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Waste of the Day: Nebraska Spent $3.7 Million On Doomed Airline

Nebraska and federal officials spent $3.7 million in COVID relief funds to prop up an airline that failed anyway.

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Topline: Red Way Airlines opened for business in June 2023 and went bankrupt less than three months later. In that time, it managed to suck up $3.7 million in pandemic relief money from the federal government and the state of Nebraska, a new state audit found.

Key facts: Red Way was conceived as a new way to offer affordable charter flights from the Lincoln, Nebraska airport. It received a $3 million grant to cover the losses most airlines suffer during their first few months, with Lancaster County and the City of Lincoln each contributing $1.5 million of their stimulus funds from the American Rescue Plan Act of 2021.

Waste of the Day: Nebraska Spent $3.7 Million On Doomed Airline
Waste of the Day 2.26.24 by Open the Books

The airline’s inaugural flight traveled from Lincoln to Orlando on June 8. It was the only Red Way flight to ever turn a profit.

Issues with high operating costs and low demand for flights out of Lincoln quickly arose. Some flights took off half-empty. Tickets were available for $9.

Red Way’s grant request predicted that it would sell $8.8 million in tickets in three months, but actual sales were less than one quarter of that. Meanwhile, Red Way continued flights to seven destinations — higher than normal for a brand-new airline — meaning grant funds were quickly drained.

To try and save Red Way, county officials sent another $700,000 in funding before the airline folded.


All parties involved appeared to be blissfully ignorant to the airline’s impending doom. Ten days before the company shut its doors, Lincoln Airport sent an email to a Lancaster County official stating that business “continued to do well.”

The airline has still not refunded an estimated $100,000 in ticket sales for canceled flights, even after the Nebraska Attorney General got involved.

Critical quote: State Auditor Mike Foley said officials missed obvious warning signs about Red Way’s business strategy.

“Had the Red Way business plan been prepared for the eyes of a reputable commercial bank lender, its proponents would not have gotten past the junior teller,” Foley said in a statement. “The cavalier treatment of government funds as monopoly money paved the way for the plan to be sold as a worthy risk to elected officials, who accepted it with few questions asked.”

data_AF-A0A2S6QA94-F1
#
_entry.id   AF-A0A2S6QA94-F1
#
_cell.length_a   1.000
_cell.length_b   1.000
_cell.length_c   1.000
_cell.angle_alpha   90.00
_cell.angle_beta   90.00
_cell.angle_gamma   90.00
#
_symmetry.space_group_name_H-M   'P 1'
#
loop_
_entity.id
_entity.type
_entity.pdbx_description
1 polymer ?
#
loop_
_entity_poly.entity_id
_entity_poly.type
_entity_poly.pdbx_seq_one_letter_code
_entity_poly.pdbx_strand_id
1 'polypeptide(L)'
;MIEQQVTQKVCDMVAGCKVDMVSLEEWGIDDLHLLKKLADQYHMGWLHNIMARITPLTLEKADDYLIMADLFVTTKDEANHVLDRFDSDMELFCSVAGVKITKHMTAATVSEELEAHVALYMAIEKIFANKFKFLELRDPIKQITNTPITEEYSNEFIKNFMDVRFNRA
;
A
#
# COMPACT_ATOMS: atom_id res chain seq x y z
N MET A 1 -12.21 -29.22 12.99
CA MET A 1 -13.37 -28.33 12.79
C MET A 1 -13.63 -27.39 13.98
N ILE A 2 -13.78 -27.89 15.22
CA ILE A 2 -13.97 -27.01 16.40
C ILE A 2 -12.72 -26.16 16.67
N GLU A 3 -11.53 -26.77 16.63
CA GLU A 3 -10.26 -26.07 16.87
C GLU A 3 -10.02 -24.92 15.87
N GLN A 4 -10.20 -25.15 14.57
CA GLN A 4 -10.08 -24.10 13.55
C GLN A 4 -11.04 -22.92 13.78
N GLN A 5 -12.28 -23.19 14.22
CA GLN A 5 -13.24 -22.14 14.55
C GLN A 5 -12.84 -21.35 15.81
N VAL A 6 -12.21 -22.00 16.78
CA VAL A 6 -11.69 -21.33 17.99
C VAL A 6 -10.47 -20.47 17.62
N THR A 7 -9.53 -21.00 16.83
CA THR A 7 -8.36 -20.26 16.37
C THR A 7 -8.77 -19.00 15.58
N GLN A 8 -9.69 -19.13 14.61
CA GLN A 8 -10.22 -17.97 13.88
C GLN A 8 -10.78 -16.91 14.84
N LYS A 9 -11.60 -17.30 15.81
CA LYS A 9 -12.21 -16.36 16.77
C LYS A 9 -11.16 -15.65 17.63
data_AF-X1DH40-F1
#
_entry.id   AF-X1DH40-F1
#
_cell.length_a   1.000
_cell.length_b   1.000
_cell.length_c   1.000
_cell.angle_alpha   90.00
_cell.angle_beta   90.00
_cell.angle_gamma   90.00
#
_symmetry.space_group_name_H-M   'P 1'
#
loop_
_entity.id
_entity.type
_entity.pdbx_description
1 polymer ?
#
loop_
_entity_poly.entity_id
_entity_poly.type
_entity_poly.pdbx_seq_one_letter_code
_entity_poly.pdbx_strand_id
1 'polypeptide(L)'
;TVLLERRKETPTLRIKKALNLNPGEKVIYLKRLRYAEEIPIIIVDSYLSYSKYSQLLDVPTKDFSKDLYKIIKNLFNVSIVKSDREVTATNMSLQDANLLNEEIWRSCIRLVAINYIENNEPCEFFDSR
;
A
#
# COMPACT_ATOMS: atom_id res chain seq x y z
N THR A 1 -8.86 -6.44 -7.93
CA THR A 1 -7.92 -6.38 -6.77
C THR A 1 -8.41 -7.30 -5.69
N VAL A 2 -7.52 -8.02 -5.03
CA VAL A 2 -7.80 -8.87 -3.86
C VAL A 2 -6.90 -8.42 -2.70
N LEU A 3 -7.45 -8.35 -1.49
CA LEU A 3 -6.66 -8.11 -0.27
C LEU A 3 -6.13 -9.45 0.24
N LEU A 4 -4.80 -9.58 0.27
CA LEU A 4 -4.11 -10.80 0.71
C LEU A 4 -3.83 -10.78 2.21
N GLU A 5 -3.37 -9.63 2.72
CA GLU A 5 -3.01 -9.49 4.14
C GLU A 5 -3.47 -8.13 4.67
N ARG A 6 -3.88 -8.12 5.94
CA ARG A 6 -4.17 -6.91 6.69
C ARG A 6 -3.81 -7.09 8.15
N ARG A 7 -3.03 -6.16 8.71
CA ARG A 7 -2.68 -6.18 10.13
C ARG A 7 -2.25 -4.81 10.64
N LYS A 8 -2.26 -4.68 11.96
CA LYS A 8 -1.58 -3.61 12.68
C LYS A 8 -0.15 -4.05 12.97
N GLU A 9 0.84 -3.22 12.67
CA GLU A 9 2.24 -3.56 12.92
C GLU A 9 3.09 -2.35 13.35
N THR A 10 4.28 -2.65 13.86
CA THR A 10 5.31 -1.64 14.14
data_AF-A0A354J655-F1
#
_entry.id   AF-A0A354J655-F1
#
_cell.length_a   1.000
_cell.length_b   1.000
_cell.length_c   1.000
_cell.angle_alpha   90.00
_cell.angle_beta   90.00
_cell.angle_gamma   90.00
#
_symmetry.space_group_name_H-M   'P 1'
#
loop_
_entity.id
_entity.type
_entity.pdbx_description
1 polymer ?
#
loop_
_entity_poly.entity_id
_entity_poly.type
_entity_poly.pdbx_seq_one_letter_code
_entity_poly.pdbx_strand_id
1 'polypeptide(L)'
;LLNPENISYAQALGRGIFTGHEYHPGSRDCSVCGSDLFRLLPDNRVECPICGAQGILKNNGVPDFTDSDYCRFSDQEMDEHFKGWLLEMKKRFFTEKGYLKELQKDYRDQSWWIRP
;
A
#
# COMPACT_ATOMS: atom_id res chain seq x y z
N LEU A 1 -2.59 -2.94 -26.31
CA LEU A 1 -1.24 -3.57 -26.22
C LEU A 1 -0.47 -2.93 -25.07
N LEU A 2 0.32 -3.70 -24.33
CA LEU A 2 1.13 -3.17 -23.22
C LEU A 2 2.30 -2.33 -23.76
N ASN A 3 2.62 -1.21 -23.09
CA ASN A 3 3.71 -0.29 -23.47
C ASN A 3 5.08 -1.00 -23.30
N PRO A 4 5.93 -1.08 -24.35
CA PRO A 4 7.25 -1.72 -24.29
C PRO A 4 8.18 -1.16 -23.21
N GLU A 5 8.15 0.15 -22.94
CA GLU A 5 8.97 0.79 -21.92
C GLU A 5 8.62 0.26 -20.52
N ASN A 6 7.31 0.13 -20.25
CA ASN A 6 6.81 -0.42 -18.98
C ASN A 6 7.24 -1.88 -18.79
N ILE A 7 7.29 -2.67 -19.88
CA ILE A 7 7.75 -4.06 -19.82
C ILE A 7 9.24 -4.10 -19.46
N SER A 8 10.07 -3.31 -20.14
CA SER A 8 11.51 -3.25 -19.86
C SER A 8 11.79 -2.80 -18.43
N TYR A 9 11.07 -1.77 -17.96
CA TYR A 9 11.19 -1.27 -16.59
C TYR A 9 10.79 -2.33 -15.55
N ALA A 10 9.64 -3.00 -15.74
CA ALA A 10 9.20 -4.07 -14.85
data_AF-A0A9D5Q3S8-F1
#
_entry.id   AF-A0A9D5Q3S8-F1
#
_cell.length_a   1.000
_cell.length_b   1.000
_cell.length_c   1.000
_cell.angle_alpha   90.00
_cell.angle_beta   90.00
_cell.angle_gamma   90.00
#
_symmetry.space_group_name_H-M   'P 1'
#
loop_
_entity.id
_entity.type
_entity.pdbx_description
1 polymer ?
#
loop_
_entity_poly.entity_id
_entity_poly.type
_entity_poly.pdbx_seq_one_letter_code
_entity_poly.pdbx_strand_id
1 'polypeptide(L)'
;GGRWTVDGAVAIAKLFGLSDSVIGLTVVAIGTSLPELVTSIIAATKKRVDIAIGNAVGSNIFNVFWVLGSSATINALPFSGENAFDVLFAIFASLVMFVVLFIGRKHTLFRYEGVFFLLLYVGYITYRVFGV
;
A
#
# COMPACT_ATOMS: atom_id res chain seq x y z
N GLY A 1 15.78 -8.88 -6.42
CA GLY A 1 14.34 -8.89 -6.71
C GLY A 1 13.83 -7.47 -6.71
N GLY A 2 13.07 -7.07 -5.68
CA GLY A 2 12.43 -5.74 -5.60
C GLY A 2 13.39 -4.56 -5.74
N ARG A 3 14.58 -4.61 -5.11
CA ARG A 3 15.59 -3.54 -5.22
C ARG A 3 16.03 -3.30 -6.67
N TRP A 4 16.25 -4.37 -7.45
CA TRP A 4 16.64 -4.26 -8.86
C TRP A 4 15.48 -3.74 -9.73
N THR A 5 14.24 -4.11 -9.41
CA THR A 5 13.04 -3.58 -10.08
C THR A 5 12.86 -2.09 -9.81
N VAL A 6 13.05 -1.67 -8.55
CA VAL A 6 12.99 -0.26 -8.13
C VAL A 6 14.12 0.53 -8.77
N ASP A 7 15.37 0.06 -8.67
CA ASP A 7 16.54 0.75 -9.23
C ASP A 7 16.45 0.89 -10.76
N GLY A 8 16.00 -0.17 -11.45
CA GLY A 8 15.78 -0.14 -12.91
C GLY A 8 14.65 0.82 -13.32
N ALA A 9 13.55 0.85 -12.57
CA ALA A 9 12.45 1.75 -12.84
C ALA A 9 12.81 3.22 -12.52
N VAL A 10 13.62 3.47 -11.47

Supporting quote: Lincoln Airport Authority’s Dave Haring said he did not regret taking a calculated risk on the airline.


“Certainly, we are all disappointed that it went through the proceeds as fast as it did. But I don’t know that I would apologize for taking a chance to try to get air service in the community,” Haring said.

Summary: Plenty of businesses have lied and committed fraud to secure pandemic relief funding. But Red Way’s only sin that led to wasting $3.7 million was genuine, earnest failure.

The #WasteOfTheDay is brought to you by the forensic auditors at

This article was originally published by RealClearInvestigations and made available via RealClearWire.

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Adam Andrzejewski (say: Angie-eff-ski) is the CEO/founder of Before dedicating his life to public service, Adam co-founded HomePages Directories, a $20 million publishing company (1997-2007). His works have been featured on the BBC, Good Morning America, ABC World News Tonight, C-SPAN, The Wall Street Journal, The New York Times, USA Today, FOX News, CNN, National Public Radio (NPR), Forbes, Newsweek, and many other national media.

Today, is the largest private repository of U.S. public-sector spending. Mission: post "every dime, online, in real time." In 2022, captured nearly all public expenditures in the country, including nearly all disclosed federal government spending; 50 of 50 state checkbooks; and 25 million public employee salary and pension records from 50,000 public bodies across America.

The group's aggressive transparency and forensic auditing of government spending has led to the assembly of grand juries, indictments, and successful prosecutions; congressional briefings, hearings, and subpoenas; Government Accountability Office (GAO) audits; Congressional Research Service (CRS) reports; federal legislation; and much more.

Our Honorary Chairman - In Memoriam is U.S. Senator Tom Coburn, MD.

Andrzejewski's federal oversight work was included in the President's Budget To Congress FY2021. The budget cited his organization by name, bullet-pointed their findings, and footnoted/hyperlinked to their report.

Posted on YouTube, Andrzejewski's presentation, The Depth of the Swamp, at the Hillsdale College National Leadership Seminar 2020 in Naples, Florida received 3.8 million views.

Andrzejewski has spoken at the Columbia School of Journalism, Harvard Law School and the law schools at Georgetown and George Washington regarding big data journalism. As a senior policy contributor at Forbes, Adam had nearly 20 million pageviews on 206 published investigations. In 2022, investigative fact-finding on Dr. Fauci's finances led to his cancellation at Forbes.

In 2022, Andrzejewski did 473 live television and radio interviews across broadcast, major cable platforms, and radio shows. Andrzejewski is the author of The Waste of the Day column at Real Clear Policy. The column is syndicated by Sinclair Broadcast Group, owners of nearly 200 ABC, NBC, CBS, and FOX affiliates across USA.

Andrzejewski lives in Hinsdale, Illinois with his wife Kerry and three daughters. He is a lector at St. Isaac Jogues Catholic Church and has finished the Chicago Marathon eight times (PR 3:58.49 in 2022).


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